Thursday, August 27, 2015|Home|Community News|Features|News|Schools & Sports|Business News  
Business Directory|Outdoors|Arts & Entertainment|Opinion|Obituaries|Sheriff's report|Citizen Journalism|Bulldog Senior Form|Calendars|Classifieds|Contact Us|   
 Latest Cashmere, Washington, weather

Leavenworth Properties

Blewett pass
Snoqualmie Pass report
Stevens pass
Subscriber Login:
Last Name:
Subscriber Number:

home : outdoors

Wolverine Fire forces closure in Chiwawa River Valley
The Wolverine Fire is burning in the uppermost reaches of the Entiat Ranger District and is located on National Forest System lands above Cottonwood and Myrtle Lake. The fire is moving across the Larch Lakes area and towards the Rock Creek drainage on the Wenatchee River Ranger District side.

With the fire's potential to spread into the Rock Creek drainage and into the Chiwawa River drainage with only a single road in and out, a conservative strategy of clearing campers and recreationists from the Chiwawa drainage is being undertaken at this time. Recreationists utilizing the campgrounds and trails within the Chiwawa River drainage are being contacted and asked to leave.

A forest closure is in effect for the area northwest of Grouse Creek Group Campground at the Chikamin Road junction to encompass the entire Chiwawa River drainage, its campgrounds and trails.

This action is being undertaken as a precautionary measure due to unpredictable large fire behavior in the area and the potential difficulty in evacuating this area in the event of rapid fire spread. The Wenatchee River RD, in conjunction with the Chelan Complex Teams continues to evaluate further potential impacts in this and adjacent areas.

Tuesday, August 25, 2015 More...

Washington State Parks announces 'free day' for Aug. 25
Special day honors 99th birthday

of National Park Service

The Washington State Parks and Recreation Commission wants the public to know that Tuesday, Aug. 25 is a state parks 'free day.' Day-use visitors will not need a Discover Pass to visit state parks.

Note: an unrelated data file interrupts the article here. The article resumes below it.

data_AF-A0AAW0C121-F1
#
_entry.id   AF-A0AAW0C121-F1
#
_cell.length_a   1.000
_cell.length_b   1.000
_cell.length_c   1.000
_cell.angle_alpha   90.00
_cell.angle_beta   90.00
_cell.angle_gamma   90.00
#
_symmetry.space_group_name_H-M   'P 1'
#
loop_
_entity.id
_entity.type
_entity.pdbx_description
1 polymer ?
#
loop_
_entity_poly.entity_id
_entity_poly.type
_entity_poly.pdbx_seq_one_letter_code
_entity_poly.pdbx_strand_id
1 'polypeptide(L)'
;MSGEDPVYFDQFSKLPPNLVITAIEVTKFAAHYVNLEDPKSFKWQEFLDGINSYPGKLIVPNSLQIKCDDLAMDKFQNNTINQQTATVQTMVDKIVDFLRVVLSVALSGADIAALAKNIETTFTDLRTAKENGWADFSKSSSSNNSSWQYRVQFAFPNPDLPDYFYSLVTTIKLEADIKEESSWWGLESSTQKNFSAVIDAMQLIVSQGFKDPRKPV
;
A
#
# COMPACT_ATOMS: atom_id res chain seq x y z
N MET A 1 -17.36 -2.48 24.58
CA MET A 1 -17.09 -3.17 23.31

The 'free day' is in honor of the 99th birthday of the National Park Service, which was established on Aug. 25, 1916. State Parks 'free days' are in keeping with legislation that created the Discover Pass, a $30 annual or $10 one-day permit required on lands managed by Washington State Parks, the Washington departments of Natural Resources (DNR) and Fish & Wildlife (WDFW). The Discover Pass legislation provided that State Parks could designate up to 12 'free days' each year when the pass would not be required to visit state parks. The Discover Pass is still required to access lands managed by WDFW and DNR on these days.

'Free days' apply only to day-use visits with vehicles, not overnight stays or rented facilities.

Washington State Parks will have two more 'free days' in 2015: Sept. 26, in recognition of National Public Lands Day and Nov. 11, in honor of Veterans Day.

About Washington State Parks

Wednesday, August 19, 2015 More...
Forest land thrives in the wake of wildfire
Wednesday, August 5, 2015 More...
Cooler temperatures do not mean lessening fire danger
Visitors to the Okanogan-Wenatchee National Forest are reminded that campfires remain banned across the entire forest. Even though the extremely hot temperatures have lessened a few degrees, high fire danger still exists. Unfortunately, some recreationists have been ignoring the campfire ban, and in some cases leaving illegal campfires unattended.

Lower temperatures alone will not lessen fire danger, rainfall is also needed. We have been lucky that recent thunderstorms have been accompanied by pockets of rainfall. This moisture helped keep many of the lightning-caused fires small, but it wasn't enough to lessen fire danger.

Leaves, twigs, tree limbs and logs littering the forest floor currently contain very little moisture. These fuels can burn quickly if a flame source is introduced. One of the reasons campfires are banned is because these fuels are so dry.

We can't stress enough how important it is for people to comply with the campfire ban. Most forest visitors do respect the need for the ban, but there are individuals who don't. When illegal campfires are lit, firefighters are diverted from their regular duties to patrol and extinguish them.

Tuesday, July 28, 2015 More...

All content copyright 2007-2012 NCW Media, Inc.
Software © 1998-2015 1up! Software, All Rights Reserved